There's nothing wrong with a deep cleaning, sprucing up, or renovation project here or there to boost the value of your home (or just make it more pleasant to live in). However, some of those projects may be scams, or completely unnecessary. Let's look at some of the worst so you don't throw your money away.
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Some home improvement projects may be a huge benefit to you or your family, but they can actually be huge money sinks. In other cases, companies that offer specialized services and repairs make a mint off of gullible homeowners. We've highlightedspecific renovations that can cost more than you'll get back, but this time we'll look at some broad repairs, improvements, and services that aren't worth your money.
Regular Duct Cleaning
Often billed as a service that homeowners need periodically to keep their ventilation systems clean and efficient, it turns out that duct cleaning is a lot of money for no real payoff. There are some circumstances where a full cleaning is worthwhile, but regular duct cleaning is almost always a scam designed to get you into a lucrative contract (usually between $400 to $1000 per cleaning). Even if you do need duct cleaning once, that's usually enough to the point where you'll never need it again. 1
The National Institutes of Health says the only times you may actually need it is if you notice moisture or water damage in your ducts, microbial growth like mold, mildew, or slime, see debris or dirt that's blocking airflow, dust discharge, or smell unpleasant odors. Similarly, the Environmental Protection Agency has a whole page dedicated to the topic, and notes that you may consider it if someone in your household has allergies or asthma, has come down with a mysterious respiratory illness, if you've recently had a pest infestation in your ventilation system, or, of course, if the ducts are clogged. We would add that if you're moving into a home where a previous owner had pets, was specifically dirty, or were heavy smokers, it's worth considering as a one-time thing. Regular duct cleaning, all of those sources agree, is largely unnecessary.
Chimney "Shakers" and Gutter "Repairs"
Part scam, part valid improvement, chimney inspections and regular gutter cleaning are all necessary tasks that a homeowner needs to take on at some point or another. The real key to handling all of those things is to make sure they're done by licensed professionals you can trust. You can choose to go with a responsible handyman if you choose, but the reason they made this list is because they're all too often unnecessary, overly expensive, and because the people begging you to let them do the work usually don't have your best interests in mind.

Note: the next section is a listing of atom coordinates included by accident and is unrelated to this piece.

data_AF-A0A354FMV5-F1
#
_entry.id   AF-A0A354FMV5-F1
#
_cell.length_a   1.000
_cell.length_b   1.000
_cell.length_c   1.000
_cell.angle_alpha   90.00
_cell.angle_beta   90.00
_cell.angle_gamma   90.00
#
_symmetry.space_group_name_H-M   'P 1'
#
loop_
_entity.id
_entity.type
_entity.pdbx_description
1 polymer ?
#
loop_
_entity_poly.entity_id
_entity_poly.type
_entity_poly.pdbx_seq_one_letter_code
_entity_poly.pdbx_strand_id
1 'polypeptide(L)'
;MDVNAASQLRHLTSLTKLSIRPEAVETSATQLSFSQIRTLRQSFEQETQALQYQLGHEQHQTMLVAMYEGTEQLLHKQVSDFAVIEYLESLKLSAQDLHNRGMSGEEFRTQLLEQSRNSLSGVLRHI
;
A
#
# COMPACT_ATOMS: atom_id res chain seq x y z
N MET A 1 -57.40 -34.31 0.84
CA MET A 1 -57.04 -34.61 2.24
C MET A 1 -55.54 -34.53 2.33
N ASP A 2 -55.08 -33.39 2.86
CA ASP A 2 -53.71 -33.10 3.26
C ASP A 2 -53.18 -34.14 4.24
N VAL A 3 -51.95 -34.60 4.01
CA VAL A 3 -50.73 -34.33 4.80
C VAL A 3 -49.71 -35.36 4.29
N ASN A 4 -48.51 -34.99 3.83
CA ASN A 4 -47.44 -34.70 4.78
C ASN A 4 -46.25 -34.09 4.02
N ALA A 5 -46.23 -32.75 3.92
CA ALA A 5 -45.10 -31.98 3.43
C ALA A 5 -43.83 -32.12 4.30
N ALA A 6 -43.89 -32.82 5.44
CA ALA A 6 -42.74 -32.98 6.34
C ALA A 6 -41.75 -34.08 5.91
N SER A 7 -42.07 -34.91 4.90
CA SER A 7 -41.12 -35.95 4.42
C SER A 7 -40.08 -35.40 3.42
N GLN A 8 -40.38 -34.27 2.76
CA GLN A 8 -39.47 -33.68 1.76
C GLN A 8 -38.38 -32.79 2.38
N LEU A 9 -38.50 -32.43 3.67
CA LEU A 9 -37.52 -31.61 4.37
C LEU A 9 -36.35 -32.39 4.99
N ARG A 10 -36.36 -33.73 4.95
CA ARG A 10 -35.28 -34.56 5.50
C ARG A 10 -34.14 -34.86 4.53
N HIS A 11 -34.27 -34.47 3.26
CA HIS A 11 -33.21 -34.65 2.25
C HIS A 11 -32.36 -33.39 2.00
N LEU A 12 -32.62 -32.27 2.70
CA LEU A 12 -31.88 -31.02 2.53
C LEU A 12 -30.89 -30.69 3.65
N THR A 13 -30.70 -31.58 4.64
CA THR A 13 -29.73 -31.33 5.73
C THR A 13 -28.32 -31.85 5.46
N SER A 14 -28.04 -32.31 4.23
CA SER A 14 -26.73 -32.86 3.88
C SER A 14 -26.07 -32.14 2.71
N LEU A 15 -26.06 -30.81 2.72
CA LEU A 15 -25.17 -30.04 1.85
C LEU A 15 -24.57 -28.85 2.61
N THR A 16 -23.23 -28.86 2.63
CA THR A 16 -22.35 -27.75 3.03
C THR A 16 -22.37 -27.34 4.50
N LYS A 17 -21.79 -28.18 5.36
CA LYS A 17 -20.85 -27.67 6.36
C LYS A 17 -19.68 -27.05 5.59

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The Better Business Bureau explains that all too often, contractors looking to "inspect and repair your chimney" (when they really just damage it and remove damaged brick to "prove" to you that you need more costly repairs) or "repair your leaky gutters" (when they may do more harm than good, or nothing at all) will show up unannounced, or solicit you by phone. They'll offer to do the work for exceptionally low prices because they're "working on a house nearby," or because they "have leftover materials from a previous job. As always, if it sounds too good to be true, it probably is. Cleaning your gutters and regular inspections of your chimney (if you have one) should be part of your regular home maintenance schedule, so there shouldn't be a need to have them done by an unknown on the spot, without a contract or warranty for the work, even if the price is nice. It doesn't take much research to find stories of people scammed by these tactics.
To be fair, you should have your chimney inspected, repaired when it needs to be, and regularly cleaned if there's a buildup of soot or ash, usually every few years. You should also clean your gutters regularly to keep them draining and free of debris, usually every year (sometimes more often if you live somewhere with a lot of trees.) All of that said, even if you pay more to hire someone reputable and professional (or choose to DIY, if you know how to do it properly), you'll be better off avoiding a fly-by-night or on-the-spot job by someone looking to make a quick buck.